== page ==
You should avoid working to failure with the big compound moves (e.g. squats, deadlifts, bench press) too often, however, as the amount of fatigue created and the injury risk is not worth the limited benefits (1RM strength PB chasing notwithstanding).

Finally a health warning – If you are training to failure please only do so in a safe manner. Have a competent spotter and/or safety bars in place, where needed. 

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Exercise selection

The principle methodology behind the exercise selection is thus, 1 big compound movement per major muscle group followed by 1-2 accessory lifts (which can be variations on the core compound lift).

For each muscle group it is recommended you always include the big compound lift and complete it first. But you can follow this with your preferred accessory moves. 

For example, for optimal chest training, we would always recommend starting with a flat or slight incline barbell press. This move allows you to shift the most weight thus places the most healthy stress on the target muscle. 

But for your accessory moves you can then go with what you enjoy or what feels the best. For example, low to high cable flys, a dumbbell press variation or the humble push up. 

Similarly with quad training. We would always recommend starting with a back squat then adding in your accessory move of choice, such as leg extensions, leg press or split squats. 

That said, feel free to switch up your exercise selection to keep things fresh and work your muscles through different planes. But we suggest sticking with the same ones for at least 6 weeks before making any changes. This way you will have sufficient training to get your technique down and to see progress. 

Note that you do not have to complete 3 different exercises as we have suggested below. You can just stick with 2 for convenience and complete more sets for each. 

Why am I working my shoulders on my ‘lower’ day?

It would be great to complete 30+ sets across our chest, back, arms and shoulders in one day but this isn’t feasible so we will split our shoulder exercises across both our ‘lower’ and ‘upper’ days.

This program sees you working your shoulders at a slightly lower volume than other muscle groups as the front deltoids will also be worked on chest day. 

You’ll work your rear deltoids with your back exercises through both the rows and cable face pulls.

Session timing

Taking 60-90 seconds rest (increase to 120 for the heavy compounds, if needed) between each set you should be able to work through each session in 75-90 minutes (including a 10-minute cardio based warm-up and warm-up sets). 

This timing assumes you are working at the higher volume end. If completing 2-3 sets then you will be done nearer an hour. 

Either way, these are long hard sessions and you will need to check your energy levels to ensure you are maximising your time. 

If you struggle to get through the workouts or are not feeling the target muscles in the latter sets, consider temporarily dropping your volume slightly and working back up over several weeks. 

Program progression

You should plan your training in 6-8 week blocks, with the aim of increasing intensity week to week.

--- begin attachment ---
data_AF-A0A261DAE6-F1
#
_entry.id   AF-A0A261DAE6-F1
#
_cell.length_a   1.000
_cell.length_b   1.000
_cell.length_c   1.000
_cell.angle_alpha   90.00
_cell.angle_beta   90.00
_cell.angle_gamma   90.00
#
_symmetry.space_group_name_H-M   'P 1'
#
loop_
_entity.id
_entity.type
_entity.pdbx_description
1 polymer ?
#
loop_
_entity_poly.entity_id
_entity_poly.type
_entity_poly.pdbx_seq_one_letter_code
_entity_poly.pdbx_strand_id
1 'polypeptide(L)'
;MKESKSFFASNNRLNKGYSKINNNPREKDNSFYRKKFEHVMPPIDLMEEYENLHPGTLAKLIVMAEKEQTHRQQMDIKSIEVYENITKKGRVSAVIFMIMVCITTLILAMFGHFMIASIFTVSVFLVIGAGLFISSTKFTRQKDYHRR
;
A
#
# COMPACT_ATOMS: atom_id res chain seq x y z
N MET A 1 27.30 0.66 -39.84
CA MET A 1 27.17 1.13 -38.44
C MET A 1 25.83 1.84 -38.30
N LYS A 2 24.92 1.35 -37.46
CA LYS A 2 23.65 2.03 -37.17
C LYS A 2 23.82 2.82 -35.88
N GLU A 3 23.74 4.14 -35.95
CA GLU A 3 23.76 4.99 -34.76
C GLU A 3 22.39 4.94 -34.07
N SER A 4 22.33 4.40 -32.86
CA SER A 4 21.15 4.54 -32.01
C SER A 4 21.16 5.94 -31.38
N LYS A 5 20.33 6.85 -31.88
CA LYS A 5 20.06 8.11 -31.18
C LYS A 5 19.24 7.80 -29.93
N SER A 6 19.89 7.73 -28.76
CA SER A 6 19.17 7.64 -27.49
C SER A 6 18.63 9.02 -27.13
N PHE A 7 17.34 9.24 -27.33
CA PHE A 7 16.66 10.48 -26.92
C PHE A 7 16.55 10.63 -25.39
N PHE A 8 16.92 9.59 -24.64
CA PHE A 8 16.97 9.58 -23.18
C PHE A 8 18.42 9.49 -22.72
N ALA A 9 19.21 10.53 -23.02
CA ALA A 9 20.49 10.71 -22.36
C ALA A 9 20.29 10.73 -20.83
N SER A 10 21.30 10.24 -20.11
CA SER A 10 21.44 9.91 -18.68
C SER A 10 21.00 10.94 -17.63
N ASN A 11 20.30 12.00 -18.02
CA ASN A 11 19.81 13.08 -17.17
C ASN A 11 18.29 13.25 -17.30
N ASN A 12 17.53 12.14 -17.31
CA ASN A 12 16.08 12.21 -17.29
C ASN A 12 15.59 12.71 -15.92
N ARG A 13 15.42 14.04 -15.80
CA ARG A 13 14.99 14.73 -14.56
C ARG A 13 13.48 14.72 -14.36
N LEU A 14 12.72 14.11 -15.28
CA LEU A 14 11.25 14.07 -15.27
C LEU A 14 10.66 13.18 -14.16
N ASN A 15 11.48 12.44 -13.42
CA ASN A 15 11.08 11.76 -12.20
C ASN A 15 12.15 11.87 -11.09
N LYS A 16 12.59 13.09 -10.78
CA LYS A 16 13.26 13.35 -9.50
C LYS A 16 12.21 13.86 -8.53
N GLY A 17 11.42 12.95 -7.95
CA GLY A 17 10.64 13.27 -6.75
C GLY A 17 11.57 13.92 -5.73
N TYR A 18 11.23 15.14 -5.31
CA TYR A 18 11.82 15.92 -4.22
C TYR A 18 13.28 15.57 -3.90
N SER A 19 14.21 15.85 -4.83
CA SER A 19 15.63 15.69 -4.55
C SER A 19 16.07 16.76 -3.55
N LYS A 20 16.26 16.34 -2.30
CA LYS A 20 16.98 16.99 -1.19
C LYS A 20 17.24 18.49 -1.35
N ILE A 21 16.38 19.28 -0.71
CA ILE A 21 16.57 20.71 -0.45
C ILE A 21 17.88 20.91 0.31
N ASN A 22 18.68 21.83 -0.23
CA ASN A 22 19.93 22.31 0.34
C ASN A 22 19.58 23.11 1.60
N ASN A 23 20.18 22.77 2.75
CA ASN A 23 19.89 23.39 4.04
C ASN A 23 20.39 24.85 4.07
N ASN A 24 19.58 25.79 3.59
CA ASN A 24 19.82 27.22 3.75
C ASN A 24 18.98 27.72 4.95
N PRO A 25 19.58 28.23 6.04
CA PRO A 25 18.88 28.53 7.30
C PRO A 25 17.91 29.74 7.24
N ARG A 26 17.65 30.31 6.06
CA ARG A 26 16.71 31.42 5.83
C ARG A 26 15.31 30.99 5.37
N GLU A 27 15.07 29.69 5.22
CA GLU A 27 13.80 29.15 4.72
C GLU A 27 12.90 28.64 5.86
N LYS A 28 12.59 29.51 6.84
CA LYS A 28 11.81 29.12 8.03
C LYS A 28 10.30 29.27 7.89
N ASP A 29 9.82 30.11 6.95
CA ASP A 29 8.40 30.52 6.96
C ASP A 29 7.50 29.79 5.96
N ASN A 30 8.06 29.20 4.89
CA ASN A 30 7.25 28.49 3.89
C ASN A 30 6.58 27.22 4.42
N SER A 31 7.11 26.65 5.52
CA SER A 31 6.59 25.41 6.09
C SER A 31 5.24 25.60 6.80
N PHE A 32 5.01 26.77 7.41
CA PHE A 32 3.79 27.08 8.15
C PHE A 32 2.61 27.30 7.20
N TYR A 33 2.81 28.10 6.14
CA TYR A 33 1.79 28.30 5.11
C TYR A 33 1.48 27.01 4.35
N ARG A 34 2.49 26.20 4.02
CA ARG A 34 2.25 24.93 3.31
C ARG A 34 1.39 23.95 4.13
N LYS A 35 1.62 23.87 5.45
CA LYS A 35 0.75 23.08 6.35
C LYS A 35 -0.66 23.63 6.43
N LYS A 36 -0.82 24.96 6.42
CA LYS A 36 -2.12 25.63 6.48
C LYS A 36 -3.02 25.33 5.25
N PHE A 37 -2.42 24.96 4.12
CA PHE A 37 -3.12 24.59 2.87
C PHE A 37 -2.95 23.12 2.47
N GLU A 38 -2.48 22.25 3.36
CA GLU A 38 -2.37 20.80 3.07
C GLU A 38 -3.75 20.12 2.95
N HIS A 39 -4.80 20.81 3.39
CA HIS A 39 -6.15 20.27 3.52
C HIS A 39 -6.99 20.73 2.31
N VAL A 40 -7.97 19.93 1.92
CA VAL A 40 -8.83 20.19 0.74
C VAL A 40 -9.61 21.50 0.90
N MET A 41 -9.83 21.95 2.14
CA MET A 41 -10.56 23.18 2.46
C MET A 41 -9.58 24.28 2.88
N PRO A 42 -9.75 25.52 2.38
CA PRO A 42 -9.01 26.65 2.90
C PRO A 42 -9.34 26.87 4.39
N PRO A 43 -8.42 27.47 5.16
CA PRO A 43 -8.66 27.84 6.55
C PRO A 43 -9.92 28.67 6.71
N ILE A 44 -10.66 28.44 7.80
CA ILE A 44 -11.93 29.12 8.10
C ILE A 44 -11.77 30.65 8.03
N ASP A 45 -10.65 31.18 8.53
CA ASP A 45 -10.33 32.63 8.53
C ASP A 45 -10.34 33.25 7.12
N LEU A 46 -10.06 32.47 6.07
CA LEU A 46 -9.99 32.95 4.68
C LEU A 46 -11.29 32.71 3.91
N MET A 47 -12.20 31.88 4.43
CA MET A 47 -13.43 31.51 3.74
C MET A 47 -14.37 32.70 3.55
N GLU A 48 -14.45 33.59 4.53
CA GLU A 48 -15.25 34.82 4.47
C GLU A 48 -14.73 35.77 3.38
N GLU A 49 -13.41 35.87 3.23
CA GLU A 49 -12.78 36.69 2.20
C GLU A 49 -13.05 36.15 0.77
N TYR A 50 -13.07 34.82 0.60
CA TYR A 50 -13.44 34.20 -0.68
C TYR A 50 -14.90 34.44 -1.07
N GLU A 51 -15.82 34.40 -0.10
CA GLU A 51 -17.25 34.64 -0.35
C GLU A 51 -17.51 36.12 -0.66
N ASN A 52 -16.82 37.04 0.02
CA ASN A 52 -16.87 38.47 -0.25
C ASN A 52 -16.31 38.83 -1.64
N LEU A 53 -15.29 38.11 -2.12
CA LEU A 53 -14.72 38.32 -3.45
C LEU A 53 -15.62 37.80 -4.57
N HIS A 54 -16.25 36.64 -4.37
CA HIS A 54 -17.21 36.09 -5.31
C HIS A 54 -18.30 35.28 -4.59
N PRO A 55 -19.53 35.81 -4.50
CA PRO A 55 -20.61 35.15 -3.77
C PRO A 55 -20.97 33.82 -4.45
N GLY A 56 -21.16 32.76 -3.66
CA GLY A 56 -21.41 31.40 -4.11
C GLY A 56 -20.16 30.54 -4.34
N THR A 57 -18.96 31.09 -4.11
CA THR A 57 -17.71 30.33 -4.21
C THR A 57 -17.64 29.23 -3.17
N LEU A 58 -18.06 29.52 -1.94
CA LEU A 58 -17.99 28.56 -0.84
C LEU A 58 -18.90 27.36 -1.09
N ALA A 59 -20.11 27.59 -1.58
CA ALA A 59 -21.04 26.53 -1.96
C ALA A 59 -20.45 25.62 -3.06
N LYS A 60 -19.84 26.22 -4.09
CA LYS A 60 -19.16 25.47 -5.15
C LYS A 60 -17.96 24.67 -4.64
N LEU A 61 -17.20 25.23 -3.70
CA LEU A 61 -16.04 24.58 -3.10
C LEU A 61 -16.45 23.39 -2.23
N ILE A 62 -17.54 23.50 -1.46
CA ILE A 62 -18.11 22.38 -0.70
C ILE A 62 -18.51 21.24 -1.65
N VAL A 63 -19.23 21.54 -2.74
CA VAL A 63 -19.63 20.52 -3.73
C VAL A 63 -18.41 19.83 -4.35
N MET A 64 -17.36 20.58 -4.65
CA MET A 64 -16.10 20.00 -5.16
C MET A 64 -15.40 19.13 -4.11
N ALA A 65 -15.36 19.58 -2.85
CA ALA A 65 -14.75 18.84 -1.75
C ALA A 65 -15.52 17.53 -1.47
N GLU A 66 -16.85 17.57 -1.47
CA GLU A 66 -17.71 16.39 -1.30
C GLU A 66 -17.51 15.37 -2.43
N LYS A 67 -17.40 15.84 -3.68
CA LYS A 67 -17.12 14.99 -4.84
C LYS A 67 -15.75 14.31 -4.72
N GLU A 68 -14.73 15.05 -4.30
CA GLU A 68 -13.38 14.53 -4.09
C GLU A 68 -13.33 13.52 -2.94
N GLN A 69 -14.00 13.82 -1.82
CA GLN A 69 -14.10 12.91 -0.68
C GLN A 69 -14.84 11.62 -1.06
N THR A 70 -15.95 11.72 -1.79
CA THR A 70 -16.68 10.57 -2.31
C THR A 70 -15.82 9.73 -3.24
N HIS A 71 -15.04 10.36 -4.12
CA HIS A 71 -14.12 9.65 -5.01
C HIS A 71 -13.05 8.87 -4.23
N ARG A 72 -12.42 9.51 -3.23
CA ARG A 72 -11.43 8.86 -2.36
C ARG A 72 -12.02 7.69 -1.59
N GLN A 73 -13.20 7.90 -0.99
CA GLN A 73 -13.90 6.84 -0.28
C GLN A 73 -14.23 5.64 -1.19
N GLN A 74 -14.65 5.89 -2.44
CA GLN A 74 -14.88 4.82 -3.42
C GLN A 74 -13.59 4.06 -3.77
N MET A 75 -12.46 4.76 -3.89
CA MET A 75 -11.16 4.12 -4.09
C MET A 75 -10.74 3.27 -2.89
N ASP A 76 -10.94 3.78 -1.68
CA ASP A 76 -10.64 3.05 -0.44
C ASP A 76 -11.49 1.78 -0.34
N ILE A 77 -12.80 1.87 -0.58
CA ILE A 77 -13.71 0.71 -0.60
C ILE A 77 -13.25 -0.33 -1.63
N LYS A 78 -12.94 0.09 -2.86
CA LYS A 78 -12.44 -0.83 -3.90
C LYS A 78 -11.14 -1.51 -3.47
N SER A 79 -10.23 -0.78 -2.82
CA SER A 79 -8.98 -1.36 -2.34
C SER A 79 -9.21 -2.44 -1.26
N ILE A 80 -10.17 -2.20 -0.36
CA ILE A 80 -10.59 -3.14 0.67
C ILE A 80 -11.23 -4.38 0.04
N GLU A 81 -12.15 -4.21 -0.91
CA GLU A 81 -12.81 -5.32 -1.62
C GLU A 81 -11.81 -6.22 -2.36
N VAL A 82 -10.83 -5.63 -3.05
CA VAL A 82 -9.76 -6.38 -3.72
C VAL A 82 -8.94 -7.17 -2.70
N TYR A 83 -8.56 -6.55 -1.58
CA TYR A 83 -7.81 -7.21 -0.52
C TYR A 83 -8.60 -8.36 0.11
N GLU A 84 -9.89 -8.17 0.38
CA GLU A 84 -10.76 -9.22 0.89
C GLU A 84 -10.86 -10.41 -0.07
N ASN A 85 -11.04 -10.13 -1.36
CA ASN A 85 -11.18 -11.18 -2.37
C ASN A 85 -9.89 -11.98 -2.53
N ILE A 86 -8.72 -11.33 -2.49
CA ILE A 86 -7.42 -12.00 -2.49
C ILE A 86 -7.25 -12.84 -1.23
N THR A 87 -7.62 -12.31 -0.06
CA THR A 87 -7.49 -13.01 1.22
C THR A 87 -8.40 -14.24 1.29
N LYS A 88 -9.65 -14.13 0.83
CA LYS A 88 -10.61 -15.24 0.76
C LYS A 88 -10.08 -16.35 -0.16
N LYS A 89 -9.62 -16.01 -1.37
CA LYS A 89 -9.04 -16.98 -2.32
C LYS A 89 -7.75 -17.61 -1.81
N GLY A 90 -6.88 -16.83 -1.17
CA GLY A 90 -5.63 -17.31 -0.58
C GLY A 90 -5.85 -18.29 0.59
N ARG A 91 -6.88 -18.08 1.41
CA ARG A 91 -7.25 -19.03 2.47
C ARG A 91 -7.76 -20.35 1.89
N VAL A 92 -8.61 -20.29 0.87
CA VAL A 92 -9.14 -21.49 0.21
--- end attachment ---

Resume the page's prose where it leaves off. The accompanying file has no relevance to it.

An increase in intensity could be via increased reps, sets or weight, for one or more lifts, or the use of drop sets, myo reps etc. 

The goal is to peak in the final week of a cycle, e.g. setting new PRs and taking the last working set of an exercise to or very near to failure/an RIR of 0-1. 

You then de-load and recover before commencing another 6-8 week cycle. Hopefully at an increased starting intensity. E.g. an increase in volume via more reps/sets and/or increased weights. 

As a more novice or intermediate lifter, you may find you can increase intensity across your entire workout/whole body throughout a cycle. 

As you progress, however, it is more sensible to have a specific focus for each 6-8 week cycle where you emphasize a specific muscle or muscle group.

You still hit your minimum effective volume for your other muscles each week, but go the extra mile with increased volume or intensity for 1 or maybe 2 muscles to maximise your training and/or address any weaknesses.

Ease in to any new program

As with any new workout plan, you should start at a moderate intensity for the first 1-2 weeks and build up slowly over time.

7 out of 10 on the RPE scale is a sensible ballpark for your first week.

It’s all too easy to start too hard, usually with too high a weight on your key lifts, and after just 3-4 weeks hit a wall.

You feel totally beat up, your lifts have plateaued or gone backwards and/or you have numerous joint pains and niggles.

You have to work hard in the gym to see results, so don’t sell yourself short. But remember that you want headroom to increase your workload over time.

Building Intensity

In the workout templates below we’ve suggested adopting an undulating periodisation approach for your big compound lifts (squats, bench, rows, presses etc.).

This is just a fancy way of saying that the amount you lift changes from session to session. Or, week to week if hitting a particular exercise just once per week.

For example, in the first lower session you’ll squat in the 6-8 rep range and the 2nd in the 10-12 rep range, thus with a lower weight.

Your goal is to work harder week on week, whether that be via an extra rep or extra weight.

Simply record what you did in session and, if you can, do a bit more the following week.

A simple approach is to keep the reps the same but increase the weight.

Using the squat as an example your progress may look like this:

Week 1  – 3 sets of 8 reps @100kg

Week 2 – 3 sets of 8 reps @102.5kg

Week 3  – 3 seat of 8 reps @105kg